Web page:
"we are moving from a mobile-first world to an AI-first one; that was the context for the introduction of the Google Assistant.E a sua empresa, o que faz?
It was a year prior to the aforementioned iOS 6 that Apple first introduced the idea of an assistant in the guise of Siri; for the first time you could (theoretically) compute by voice. It didn’t work very well at first (arguably it still doesn’t), but the implications for computing generally and Google specifically were profound: voice interaction both expanded where computing could be done, from situations in which you could devote your eyes and hands to your device to effectively everywhere, even as it constrained what you could do.
An assistant has to be far more proactive than, for example, a search results page; it’s not enough to present possible answers: rather, an assistant needs to give the right answer.
Google has a business-model problem: the “I’m Feeling Lucky Button” guaranteed that the search in question would not make Google any money. After all, if a user doesn’t have to choose from search results, said user also doesn’t have the opportunity to click an ad, thus choosing the winner of the competition Google created between its advertisers for user attention. Google Assistant has the exact same problem: where do the ads go?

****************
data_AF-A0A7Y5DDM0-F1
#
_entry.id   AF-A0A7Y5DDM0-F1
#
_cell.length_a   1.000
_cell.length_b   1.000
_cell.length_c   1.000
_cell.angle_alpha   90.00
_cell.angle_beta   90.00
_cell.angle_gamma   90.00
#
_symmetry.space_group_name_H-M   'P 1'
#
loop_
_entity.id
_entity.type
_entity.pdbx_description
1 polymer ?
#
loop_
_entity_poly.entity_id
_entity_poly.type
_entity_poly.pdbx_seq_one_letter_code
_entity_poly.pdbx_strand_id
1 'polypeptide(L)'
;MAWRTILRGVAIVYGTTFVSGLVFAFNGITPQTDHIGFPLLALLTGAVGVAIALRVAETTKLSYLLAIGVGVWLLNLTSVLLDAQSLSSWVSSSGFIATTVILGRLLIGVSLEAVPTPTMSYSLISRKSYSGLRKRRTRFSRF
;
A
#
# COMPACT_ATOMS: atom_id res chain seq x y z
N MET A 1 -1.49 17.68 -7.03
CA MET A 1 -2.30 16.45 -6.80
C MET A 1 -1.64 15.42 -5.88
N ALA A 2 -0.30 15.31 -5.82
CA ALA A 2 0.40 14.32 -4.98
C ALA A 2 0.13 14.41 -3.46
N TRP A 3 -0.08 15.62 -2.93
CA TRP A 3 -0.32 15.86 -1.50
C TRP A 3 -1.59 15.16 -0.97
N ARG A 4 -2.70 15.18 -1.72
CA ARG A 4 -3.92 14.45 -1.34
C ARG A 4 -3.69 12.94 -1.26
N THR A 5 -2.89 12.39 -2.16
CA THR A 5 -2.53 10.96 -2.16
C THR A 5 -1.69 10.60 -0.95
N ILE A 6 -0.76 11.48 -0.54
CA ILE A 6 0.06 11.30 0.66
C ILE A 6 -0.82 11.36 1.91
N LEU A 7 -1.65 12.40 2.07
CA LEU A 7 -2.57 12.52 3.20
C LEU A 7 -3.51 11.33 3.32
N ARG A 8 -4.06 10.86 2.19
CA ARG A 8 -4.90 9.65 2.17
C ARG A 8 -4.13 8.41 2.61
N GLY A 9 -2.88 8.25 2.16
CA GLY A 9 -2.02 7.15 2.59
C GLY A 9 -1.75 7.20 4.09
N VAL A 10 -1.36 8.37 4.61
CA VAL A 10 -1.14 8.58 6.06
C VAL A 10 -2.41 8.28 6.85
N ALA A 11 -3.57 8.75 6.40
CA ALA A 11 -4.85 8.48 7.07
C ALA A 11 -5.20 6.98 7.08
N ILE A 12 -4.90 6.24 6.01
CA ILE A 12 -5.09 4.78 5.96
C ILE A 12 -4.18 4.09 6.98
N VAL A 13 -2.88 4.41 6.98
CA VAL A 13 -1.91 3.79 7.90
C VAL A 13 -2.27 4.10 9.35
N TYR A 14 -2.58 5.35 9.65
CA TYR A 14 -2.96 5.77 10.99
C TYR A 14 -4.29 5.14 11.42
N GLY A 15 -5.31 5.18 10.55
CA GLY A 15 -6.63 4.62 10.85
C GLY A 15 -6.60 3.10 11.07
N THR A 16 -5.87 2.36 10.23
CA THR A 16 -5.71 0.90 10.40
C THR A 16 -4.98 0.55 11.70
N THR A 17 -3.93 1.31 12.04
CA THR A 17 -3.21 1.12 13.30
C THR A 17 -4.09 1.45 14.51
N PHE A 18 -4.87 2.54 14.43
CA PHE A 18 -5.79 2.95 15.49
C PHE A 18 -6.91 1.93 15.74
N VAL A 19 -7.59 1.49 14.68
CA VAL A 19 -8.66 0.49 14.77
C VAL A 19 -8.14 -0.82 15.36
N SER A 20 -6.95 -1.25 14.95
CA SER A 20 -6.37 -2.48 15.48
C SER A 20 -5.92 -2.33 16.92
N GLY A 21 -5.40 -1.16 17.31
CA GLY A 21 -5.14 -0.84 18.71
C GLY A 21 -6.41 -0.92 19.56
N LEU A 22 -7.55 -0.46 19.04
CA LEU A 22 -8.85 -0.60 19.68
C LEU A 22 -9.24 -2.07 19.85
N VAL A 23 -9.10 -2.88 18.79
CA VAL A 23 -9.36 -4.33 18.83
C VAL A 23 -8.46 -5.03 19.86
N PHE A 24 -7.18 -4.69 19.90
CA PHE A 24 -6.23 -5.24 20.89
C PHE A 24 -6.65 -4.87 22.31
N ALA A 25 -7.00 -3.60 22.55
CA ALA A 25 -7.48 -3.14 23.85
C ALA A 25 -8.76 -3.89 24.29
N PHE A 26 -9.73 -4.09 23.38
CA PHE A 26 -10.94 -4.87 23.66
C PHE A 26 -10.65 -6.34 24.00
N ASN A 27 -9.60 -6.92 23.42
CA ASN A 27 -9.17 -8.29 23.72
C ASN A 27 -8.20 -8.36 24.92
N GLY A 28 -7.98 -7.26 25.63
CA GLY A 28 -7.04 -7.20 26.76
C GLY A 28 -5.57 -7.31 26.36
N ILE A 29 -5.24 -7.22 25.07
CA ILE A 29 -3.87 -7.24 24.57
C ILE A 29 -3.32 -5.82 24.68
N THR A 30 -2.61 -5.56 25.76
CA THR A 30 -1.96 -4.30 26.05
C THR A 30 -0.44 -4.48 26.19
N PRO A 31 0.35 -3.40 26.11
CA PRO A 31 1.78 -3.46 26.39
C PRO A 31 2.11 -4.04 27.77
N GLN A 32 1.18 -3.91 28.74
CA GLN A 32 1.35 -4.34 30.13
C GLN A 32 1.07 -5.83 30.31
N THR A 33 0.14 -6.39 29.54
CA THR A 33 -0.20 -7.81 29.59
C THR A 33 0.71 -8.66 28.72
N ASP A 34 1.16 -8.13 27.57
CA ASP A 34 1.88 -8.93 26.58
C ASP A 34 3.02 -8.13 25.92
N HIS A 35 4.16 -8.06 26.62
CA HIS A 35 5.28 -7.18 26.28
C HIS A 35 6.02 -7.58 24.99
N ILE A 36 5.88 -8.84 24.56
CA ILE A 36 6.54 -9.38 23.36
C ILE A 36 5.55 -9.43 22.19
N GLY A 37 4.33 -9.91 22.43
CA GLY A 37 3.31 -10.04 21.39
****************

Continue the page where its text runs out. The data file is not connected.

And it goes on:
It is not that Google is artificially constraining its horizontal business model; it is that its business model is being constrained by the reality of a world where, as Pichai noted, artificial intelligence comes first. In that world you must own the interaction point, and there is no room for ads, rendering both Google’s distribution and business model moot. Both must change for the company’s technological advantage to come to the fore."
Trechos retirados de "Google and the Limits of Strategy"